This article originally appeared on VICE Asia
Multiple studies have linked social media usage to mental health struggles. The JAMA Pediatrics Journal found that social media use could enhance symptoms of depression among young people, while one by the Journal of Social and Clinical Psychology found that limiting social media use decreases loneliness and depression.
This is not surprising. It’s hard to feel good when your commute to work is spent staring at photos of hot models, ultra-rich celebrities, and successful friends. But considering how social media has become part of everything we do—from interacting with friends to finding jobs—it’s not realistic to cut it out completely from our lives.
So instead, why not curate it for your benefit? While it is important to see a professional to address mental health concerns, there are also some things you can do to help yourself along the way.
Follow People Who Inspire You
If we look closely, many of the profiles we follow don’t actually add anything positive to our day. Instead, follow people who inspire you. This can be anyone, but a good starting point is to look for people who share the same hobbies.
Whether it’s fitness, music, art or waste-free living, following people with the same interests can keep you inspired to do what you love. Your feed should be a melting pot of ideas that will get you excited to do more and shouldn’t dissuade you from trying new things.
Unfollow Toxic “Friends”
It happens to everyone: we’re scrolling through our feed and a photo of Candice pops up, that girl you met once in a club years ago who was only nice to you because she wanted to get with your friend. Do we care about what she’s doing now? No? Unfollow.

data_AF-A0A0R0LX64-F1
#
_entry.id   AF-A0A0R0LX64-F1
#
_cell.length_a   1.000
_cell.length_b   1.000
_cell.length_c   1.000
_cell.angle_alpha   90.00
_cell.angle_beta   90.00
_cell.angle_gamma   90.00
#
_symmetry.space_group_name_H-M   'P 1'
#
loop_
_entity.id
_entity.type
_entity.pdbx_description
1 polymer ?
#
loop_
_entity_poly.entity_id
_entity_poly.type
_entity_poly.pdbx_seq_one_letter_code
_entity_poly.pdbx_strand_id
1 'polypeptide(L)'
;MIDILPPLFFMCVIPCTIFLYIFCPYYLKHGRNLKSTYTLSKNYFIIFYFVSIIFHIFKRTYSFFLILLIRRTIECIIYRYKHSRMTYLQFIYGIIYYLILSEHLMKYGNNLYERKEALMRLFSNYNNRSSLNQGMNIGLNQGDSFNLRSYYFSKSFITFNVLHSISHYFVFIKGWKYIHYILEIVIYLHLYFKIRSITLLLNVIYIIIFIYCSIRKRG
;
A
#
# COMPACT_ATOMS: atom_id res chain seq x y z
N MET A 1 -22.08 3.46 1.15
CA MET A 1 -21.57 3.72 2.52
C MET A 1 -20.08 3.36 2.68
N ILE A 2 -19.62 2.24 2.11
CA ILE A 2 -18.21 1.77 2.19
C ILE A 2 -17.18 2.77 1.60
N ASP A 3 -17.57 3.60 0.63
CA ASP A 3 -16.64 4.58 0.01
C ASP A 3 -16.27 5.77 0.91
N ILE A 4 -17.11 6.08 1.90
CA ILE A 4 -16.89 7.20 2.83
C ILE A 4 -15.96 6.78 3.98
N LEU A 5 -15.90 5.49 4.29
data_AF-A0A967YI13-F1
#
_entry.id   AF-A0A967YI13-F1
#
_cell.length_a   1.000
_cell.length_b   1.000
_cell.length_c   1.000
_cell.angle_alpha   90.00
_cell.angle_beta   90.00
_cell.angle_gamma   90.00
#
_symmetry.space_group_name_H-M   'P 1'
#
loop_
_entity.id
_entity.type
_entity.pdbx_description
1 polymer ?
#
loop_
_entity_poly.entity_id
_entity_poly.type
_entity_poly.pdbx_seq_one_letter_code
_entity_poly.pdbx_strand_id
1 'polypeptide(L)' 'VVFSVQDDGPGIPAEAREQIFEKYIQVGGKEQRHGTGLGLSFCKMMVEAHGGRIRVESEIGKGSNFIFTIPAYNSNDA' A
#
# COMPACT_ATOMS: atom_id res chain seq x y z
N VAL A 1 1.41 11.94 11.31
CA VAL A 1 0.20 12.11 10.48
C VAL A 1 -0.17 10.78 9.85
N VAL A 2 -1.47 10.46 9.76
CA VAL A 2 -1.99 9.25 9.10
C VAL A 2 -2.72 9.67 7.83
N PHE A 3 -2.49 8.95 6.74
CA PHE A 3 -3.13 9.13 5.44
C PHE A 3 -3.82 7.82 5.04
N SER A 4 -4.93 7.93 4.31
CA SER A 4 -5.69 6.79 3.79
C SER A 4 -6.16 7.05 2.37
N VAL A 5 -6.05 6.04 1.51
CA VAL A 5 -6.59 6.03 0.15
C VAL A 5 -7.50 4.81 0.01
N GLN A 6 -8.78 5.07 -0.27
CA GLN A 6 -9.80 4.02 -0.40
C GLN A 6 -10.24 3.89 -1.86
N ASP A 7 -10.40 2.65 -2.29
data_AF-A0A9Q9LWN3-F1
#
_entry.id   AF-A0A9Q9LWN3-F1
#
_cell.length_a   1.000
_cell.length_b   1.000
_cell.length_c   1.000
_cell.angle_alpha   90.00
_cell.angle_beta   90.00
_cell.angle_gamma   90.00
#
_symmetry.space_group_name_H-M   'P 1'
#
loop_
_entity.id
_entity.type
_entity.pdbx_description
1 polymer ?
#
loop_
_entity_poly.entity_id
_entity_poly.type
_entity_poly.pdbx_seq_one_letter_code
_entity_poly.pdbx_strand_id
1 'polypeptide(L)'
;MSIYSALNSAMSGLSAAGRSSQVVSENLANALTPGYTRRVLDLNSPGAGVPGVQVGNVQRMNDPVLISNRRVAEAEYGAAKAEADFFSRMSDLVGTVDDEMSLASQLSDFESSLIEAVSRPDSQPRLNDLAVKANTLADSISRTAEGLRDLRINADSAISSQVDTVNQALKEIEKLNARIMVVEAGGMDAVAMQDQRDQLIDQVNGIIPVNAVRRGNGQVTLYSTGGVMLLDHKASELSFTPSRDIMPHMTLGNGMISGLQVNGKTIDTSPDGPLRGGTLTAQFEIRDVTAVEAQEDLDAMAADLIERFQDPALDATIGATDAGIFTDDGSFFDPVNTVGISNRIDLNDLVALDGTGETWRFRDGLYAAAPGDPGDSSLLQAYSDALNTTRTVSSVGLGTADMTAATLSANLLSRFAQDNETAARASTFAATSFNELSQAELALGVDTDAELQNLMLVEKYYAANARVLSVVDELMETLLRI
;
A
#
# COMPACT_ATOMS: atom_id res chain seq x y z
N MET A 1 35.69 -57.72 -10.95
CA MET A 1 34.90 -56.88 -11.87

And then there’s Sam, the jerk from high school who was always talking bad about you behind your back. Do we care what he’s doing now? No? Unfollow.
These are just two examples, but we continue to follow so many toxic people because we either can’t be bothered to click the unfollow button or don’t want to hurt their feelings. But invest in those few seconds and see the change it could potentially make.
Mute, Hide, and Restrict
If there are people that you don’t want to unfollow because you still want to keep them as a contact or get in touch with them in the future, there are alternative measures you can take to keep them at a distance. For starters, you can hide their Stories and mute their posts.
If it’s your life you don’t want acquaintances to judge, restrict what followers can see from your profile. Facebook allows you to change this in privacy settings, while Instagram now allows you to only show Stories to close friends.
Take Yourself Less Seriously
It’s easy to fall into a rabbit hole of trying to keep a perfect image online, where you always look good and are having the best time. But it’s fine to post yourself lazing on the couch on a Sunday looking unkempt. If we were comfortable doing these things around each other as kids, why not as adults?
It can be liberating, not just for you, but for the people who follow you too because it highlights an idea rarely evident on social media: no one is perfect.
Make Genuine Connections
Don’t make social media about looking at other people, use it to make connections—real ones.
If something bothers you, talk about it. You’ll be surprised to find out that others have been in similar situations. Ask for tips on how to cope with work pressures and be surprised to find out that that girl you were classmates with has the same problem. Social media is not just for sharing or consuming, it is for conversations.
Other Things You Can Do
We asked people for tips on how to make social media less toxic. Some valuable tips include:
- Don’t mistake followers for friends
- Ban trolls, hoax news, and body-shaming comments
- Don’t photoshop your body
- Turn off notifications
- Flag things you don’t want to see so the algorithm can pick up on it